Turning the clocks back an hour can be hard to handle for many people.
A new Danish study analysed over 185,000 diagnoses of severe depression between 1995 and 2012. Researchers found an 11% rise immediately following the transition from Daylight Saving Time.
The reported cases gradually subside after 10 weeks.
We lose an hour of daylight in the afternoon. Many people are arriving home after work in the dark.
So we’re not spending enough time in daylight.
No matter what time of the year it is, light has a powerful effect on the brain. It can boost serotonin and this is helpful for those with depression.
Get outside, try an an early morning walk after sunrise. The exercise combined with light will help, even on cold cloudy days.
You can’t change the weather, but here’s my prescriptions for things you can change:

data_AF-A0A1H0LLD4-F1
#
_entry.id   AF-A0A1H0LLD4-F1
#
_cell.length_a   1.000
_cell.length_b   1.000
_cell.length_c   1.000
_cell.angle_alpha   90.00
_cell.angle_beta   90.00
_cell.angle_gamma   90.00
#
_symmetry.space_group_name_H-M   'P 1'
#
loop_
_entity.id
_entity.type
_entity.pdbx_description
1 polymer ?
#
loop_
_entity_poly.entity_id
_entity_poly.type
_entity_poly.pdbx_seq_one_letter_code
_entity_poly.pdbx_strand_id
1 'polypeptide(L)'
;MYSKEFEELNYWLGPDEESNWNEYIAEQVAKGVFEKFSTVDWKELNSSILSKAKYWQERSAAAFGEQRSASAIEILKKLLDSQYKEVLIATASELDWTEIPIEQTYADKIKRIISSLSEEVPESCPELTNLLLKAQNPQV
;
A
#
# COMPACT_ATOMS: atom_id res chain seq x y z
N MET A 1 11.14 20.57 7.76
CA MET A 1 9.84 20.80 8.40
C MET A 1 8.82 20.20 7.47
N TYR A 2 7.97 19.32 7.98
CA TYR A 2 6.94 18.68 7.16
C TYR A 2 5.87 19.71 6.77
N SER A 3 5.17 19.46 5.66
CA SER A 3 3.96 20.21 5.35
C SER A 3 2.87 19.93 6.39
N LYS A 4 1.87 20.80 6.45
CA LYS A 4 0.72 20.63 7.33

1. Brighten up your home at night with artificial light
You can also invest in a light therapy box.
2. Use a timer on your bedside lamp
It’s better to wake up to bright light than a dark room.
3. Don't eat too many carbohydrates
They’ll give you extra energy boosts but they won’t last long.
4. Take a trip
Plan a winter vacation to somewhere that’s typically sunny.
If every year you feel depressed, fatigued and irritable at this time, and it’s seasonal related, you should talk to your doctor. He may recommend lifestyle changes and treatment.